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Escalation of the war in Iraq


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Tomorrow night at 9 p.m. EST, President Bush will address the nation and announce an escalation of the war in Iraq by sending about 20,000 more U.S. troops to Iraq. The American people, their representatives, and the military commanders on the ground strongly oppose this course of action. Can Congress do anything about it? Some have claimed that anything other symbolic action is unconstitutional. That's false. A wide range of legal experts agree there are a range of legal options available to Congress to stop, or place conditions on, any escalation in the war in Iraq. For example, John Yoo, a former Bush administration lawyer and one of the staunchest defenders of executive power, noted that "the power of Congress over the budget was absolute, to such an extent that lawmakers could end the war altogether if they chose." On the other side of the political spectrum, Georgetown University Law Professor Marty Lederman agrees. A new report from the Center for American Progress illustrates that Congress has acted repeatedly over the last 35 years to ensure the conduct of military action would "strengthen American national security and reflect the concerns and will of the American people." Congress has passed bills, enacted into law, that capped the size of military deployments, prohibited funding for existing or prospective deployment, and placed limits and conditions on the timing and nature of deployments.


CAPPING TROOP LEVELS: Congress has historically exercised authority to cap U.S. troop levels in foreign conflicts. In 1974, the Foreign Assistance Act "established a personnel ceiling of 4000 Americans in Vietnam within 6 months of enactment and 3000 Americans within one year." In 1983, the Lebanon Emergency Assistance Act "required the president to return to seek statutory authorization if he sought to expand the size of the U.S. contingent of the Multinational Force in Lebanon." In 1984, the Defense Authorization Act "capped the end strength level of United States forces assigned to permanent duty in European NATO countries at 324,400." All of this legislation was enacted into law.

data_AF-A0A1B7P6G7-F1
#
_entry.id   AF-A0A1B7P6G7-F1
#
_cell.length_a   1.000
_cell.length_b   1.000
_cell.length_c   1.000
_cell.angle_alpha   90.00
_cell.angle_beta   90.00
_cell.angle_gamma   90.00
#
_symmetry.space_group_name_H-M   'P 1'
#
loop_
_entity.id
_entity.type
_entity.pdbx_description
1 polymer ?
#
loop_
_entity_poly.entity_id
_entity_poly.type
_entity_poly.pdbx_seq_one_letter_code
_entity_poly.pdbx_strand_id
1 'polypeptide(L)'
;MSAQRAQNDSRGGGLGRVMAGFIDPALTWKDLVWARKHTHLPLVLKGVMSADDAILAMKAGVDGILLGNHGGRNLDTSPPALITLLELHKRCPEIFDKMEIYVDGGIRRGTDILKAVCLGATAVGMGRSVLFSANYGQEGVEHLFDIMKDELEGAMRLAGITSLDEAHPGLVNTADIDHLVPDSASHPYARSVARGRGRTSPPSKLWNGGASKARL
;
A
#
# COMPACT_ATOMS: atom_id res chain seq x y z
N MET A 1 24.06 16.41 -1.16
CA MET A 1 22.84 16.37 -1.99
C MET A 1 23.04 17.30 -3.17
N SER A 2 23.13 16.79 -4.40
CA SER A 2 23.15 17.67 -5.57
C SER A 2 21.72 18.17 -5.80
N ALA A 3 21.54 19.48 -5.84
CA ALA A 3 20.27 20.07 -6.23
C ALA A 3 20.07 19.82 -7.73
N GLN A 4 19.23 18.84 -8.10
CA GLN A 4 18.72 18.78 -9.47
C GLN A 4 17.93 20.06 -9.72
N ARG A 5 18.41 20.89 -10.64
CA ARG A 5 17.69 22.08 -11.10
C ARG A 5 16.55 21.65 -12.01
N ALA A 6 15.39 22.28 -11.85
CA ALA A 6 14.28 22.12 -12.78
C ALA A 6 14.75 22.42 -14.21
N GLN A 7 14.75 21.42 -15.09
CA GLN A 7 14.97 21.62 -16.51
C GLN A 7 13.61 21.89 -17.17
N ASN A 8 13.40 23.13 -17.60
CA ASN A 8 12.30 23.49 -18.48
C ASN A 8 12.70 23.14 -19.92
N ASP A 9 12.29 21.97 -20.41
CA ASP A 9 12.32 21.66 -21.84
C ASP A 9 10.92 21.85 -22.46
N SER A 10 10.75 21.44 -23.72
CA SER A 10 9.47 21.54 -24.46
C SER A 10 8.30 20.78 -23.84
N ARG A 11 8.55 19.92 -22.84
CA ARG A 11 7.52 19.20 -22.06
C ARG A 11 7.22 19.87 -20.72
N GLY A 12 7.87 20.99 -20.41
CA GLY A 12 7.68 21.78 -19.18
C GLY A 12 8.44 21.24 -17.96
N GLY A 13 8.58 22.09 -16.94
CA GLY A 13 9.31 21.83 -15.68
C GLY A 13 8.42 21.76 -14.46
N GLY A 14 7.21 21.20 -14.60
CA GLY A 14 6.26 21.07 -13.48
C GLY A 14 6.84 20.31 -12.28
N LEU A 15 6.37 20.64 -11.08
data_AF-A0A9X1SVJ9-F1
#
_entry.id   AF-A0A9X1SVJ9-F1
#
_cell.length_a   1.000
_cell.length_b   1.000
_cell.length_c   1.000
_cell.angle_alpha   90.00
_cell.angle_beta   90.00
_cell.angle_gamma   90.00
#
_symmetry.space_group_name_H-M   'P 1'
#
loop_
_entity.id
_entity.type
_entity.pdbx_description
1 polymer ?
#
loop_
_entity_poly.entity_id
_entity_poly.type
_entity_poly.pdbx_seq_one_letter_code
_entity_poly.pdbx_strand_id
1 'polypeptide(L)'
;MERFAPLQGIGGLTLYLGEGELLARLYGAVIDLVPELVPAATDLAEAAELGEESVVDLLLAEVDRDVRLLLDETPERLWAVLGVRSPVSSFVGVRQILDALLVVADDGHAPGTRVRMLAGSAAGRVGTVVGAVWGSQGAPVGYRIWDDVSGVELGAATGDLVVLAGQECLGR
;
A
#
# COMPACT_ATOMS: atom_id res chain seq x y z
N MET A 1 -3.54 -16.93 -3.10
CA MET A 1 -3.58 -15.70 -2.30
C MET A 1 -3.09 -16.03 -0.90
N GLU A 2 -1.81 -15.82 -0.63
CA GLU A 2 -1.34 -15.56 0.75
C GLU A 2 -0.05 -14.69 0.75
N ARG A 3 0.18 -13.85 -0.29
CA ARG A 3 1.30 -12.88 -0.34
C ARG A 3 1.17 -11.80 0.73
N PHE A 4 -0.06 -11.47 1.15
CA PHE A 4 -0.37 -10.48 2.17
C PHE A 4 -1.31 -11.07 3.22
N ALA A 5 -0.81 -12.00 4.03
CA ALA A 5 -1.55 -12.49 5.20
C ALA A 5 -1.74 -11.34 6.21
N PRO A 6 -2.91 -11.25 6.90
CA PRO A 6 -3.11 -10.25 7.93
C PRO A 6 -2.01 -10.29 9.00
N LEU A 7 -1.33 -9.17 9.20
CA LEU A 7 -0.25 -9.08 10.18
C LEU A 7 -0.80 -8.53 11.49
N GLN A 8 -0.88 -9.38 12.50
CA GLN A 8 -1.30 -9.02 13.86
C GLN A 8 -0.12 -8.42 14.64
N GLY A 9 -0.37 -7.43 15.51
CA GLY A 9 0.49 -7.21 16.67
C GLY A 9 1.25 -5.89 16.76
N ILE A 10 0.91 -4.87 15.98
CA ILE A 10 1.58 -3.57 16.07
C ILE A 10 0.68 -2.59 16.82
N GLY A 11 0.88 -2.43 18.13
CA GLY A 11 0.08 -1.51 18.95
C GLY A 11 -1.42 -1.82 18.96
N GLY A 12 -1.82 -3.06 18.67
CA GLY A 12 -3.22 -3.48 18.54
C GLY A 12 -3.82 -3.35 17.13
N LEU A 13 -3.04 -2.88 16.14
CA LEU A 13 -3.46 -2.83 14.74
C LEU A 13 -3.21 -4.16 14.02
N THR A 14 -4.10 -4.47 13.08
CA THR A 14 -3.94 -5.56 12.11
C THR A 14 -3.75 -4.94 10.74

RESTRICTING FUNDING: Congress has also restricted funding for certain military operations for U.S. troops. In 1970, the Supplemental Foreign Assistance Law, "prohibited the use of any funds for the introduction of U.S. troops to Cambodia or provide military advisors to Cambodian forces." In 1982, the Defense Appropriation Act "prohibited covert military assistance for Nicaragua." In 1994, Congress restricted the use of funds "for United States military participation to continue Operations Restore Hope in or around Rwanda after October 7, 1994."All of these funding restrictions were enacted into law. Read the report for more examples.


CONDITIONING FUNDING: Alternatively, Congress has authorized military action subject to various conditions. In 1991, Congress authorized the use of force against Iraq but conditioned it on the President "certifying first that means other than war would not result in Iraqi compliance with UN Security Council resolutions." In 2001, President Bush sought authority to respond to the 9/11 attacks to "deter and pre-empt any future acts of terrorism or aggression against the United States." Instead, Congress limited the authority to "all necessary and appropriate force against those nations, organizations, or persons he determines planned authorized committed or aided" the 9/11 attacks.


CONGRESS NOT SITTING ON THE SIDELINES: Today, Sen. Edward Kennedy (D-MA) will propose one option, asserting Congressional authority and demanding accountability for the President's policy. Kennedy "will introduce legislation on Tuesday to require the president to gain new Congressional authority before sending more troops to Iraq. The bill is the first proposal in the Senate that would prohibit paying for an increase in American troops over their level on Jan. 1." Kennedy's action is similar to a proposal outlined in an American Progress memo, released in December, which recommended "an amendment on the supplemental funding bill that states that if the administration wants to increase the number of troops in Iraq above 150,000, it must provide a plan for their purpose and require an up or down vote on exceeding that number."

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